World

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One such idea is an old one, the idea of "the move". This notion is falling out favor with me for the moment, but I think I will wait till next week to discuss it.

Two recent concoctions - by yours truly - continue to entertain. Both are built into the chart I discussed last week. The most revolutionary of the two came to me when I was struggling with the five dot flipflop not so long ago. It suddenly occurred to me that I could think of that flipflop - maybe all flipflops, and maybe all traps - as a given number of isolani plus a two dot trap. So, a two dot trap is zero isolani plus a two dot trap. A five dot flipflop is a two isolani plus a two dot trap. A seven dot trap is three isolani plus a two dot trap. And so forth, at least according to my approximation.

It's easy to see how I incorporated this idea into the chart. I accepted the AJS conjecture as true (another assumption!) through 16 dots. Then, any N revealed to be a flipflop or trap became a two dot trap plus a theoretical number of isolani. For instance, AJS has player2 winning 14 dots both in normal and reverse play. That means, by my scheme, that 14 dots is a two dot trap plus an even number of isolani (since the peacemonger needs to not rock the boat).

The other approximation set into the chart is the idea that a trapeze produced single pivot doesn't have any effect. This notion is almost certainly false as a general proposition, but I'm hoping it is almost always true in individual cases. I used this idea to evaluate the results of various trapeze moves. I simply ignored the pivot and used the game values of the remaining groups after a given trapeze move.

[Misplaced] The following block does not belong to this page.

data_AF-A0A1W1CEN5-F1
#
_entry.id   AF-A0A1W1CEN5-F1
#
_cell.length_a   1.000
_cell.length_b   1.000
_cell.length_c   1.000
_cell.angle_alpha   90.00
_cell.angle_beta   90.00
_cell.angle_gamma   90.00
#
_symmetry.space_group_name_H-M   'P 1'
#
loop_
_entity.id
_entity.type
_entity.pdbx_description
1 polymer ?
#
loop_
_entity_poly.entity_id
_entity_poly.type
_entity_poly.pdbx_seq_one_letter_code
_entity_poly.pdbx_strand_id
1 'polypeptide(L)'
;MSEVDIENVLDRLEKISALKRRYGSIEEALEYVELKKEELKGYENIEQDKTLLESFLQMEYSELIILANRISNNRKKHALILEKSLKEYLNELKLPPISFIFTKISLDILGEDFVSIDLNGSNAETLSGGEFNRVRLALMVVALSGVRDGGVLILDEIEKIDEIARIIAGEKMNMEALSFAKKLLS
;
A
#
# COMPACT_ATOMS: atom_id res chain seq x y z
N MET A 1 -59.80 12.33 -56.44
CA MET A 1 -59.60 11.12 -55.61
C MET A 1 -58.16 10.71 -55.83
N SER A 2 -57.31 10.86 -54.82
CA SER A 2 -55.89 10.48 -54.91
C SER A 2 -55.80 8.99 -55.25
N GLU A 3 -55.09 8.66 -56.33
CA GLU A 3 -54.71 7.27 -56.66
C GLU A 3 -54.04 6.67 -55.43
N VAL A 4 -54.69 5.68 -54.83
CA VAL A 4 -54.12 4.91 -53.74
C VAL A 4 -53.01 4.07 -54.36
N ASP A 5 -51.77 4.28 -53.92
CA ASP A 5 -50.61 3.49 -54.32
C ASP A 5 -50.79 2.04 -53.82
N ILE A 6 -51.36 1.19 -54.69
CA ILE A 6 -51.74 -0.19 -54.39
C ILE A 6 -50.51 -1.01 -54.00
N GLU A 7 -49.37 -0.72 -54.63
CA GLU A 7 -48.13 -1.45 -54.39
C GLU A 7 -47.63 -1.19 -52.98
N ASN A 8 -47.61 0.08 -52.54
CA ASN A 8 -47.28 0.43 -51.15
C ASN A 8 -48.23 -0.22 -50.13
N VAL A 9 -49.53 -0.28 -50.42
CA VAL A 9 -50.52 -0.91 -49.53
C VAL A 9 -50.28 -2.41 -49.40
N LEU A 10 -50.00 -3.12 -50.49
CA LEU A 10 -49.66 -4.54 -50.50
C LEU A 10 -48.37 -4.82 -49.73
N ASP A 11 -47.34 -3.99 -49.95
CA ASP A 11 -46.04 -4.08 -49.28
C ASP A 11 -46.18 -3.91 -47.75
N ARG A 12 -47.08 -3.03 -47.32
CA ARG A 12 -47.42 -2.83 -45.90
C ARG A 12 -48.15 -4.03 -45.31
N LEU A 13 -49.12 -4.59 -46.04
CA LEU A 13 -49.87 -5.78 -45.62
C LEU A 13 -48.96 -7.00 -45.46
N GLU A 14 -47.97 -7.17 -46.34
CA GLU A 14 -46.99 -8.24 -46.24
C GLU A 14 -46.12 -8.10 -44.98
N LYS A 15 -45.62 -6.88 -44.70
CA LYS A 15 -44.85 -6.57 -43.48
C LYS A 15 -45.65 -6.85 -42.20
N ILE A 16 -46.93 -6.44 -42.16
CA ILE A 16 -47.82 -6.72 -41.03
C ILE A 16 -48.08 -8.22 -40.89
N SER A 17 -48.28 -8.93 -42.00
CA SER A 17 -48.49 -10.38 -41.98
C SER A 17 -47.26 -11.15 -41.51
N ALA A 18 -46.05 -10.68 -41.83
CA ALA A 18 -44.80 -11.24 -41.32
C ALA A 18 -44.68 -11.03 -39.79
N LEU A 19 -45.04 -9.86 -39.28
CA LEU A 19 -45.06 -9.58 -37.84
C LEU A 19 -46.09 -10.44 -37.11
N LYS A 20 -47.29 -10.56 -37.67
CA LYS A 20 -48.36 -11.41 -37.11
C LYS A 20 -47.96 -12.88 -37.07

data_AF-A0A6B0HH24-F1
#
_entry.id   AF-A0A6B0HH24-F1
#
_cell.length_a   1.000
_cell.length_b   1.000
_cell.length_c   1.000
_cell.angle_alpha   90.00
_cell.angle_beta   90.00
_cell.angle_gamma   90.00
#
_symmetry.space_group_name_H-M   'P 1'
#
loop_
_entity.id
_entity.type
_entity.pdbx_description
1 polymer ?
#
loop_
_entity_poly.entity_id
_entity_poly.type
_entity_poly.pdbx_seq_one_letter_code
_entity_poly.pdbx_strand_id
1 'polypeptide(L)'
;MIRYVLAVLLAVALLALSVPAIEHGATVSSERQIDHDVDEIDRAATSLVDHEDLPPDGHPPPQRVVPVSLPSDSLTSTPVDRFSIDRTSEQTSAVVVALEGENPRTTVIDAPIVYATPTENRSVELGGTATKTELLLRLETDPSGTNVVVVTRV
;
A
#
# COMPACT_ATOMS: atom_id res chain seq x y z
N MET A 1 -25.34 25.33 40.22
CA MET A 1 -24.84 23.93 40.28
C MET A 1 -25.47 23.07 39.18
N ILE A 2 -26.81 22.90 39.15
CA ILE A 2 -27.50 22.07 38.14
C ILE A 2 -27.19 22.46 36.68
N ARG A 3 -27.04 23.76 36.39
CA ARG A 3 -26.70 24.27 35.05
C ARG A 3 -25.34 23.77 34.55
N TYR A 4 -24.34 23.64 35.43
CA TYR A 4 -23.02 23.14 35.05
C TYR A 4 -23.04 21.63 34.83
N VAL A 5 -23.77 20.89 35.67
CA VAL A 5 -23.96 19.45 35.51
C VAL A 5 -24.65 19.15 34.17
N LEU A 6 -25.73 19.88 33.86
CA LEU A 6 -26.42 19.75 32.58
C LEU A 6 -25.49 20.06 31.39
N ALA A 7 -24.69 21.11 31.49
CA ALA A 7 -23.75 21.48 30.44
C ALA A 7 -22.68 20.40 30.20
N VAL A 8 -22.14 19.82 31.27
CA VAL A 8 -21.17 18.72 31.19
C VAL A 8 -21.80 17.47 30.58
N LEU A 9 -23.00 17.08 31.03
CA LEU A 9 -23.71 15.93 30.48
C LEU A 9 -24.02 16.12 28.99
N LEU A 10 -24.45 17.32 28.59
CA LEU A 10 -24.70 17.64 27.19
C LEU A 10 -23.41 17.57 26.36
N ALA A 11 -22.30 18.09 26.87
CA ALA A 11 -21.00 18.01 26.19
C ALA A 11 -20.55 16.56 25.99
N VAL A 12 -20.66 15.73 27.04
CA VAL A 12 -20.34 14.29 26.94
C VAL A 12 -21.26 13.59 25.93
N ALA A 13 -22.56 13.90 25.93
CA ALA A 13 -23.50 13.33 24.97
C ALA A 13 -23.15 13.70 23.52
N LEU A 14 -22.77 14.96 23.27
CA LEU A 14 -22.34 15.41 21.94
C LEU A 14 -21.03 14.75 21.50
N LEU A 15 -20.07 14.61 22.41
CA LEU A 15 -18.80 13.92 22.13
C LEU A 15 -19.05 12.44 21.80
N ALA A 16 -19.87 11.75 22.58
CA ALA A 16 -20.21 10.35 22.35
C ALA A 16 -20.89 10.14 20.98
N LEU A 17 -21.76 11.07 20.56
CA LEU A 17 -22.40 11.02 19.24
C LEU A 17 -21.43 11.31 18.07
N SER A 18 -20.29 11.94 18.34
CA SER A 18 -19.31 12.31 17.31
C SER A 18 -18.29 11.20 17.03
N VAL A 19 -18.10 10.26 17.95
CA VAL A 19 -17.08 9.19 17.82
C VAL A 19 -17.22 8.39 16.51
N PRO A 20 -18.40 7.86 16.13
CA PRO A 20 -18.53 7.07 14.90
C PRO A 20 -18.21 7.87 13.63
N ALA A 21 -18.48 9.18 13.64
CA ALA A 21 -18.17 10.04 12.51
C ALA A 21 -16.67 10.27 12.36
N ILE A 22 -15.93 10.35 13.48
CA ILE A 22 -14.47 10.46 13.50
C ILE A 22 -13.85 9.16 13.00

ANALYSIS (Find a shrink.) **14+** The chart discourages player1 from looping, but never forget that the chart is built on approximations. All of the loops are worth considering.

**1(15)2** But even apart from the chart, this move entices. The two-thirds rule indicates that player2 is struggling to get his even number of isolani.

**1(16)1[3,4]** Player2 needs to maximize isolani, since two-thirds of fourteen is closer to nine than to ten. Creating a two spot trap is admirably efficient.

Now player1 can take the efficient dot 16 out of the larger mix with 3(17)16, but player2 will be left with a very efficient resource in 2(18)15. I like better **5(17)6**, looking for pharisees in all the wrong places.

--Cal Hudson, First World Champion of Sprouts

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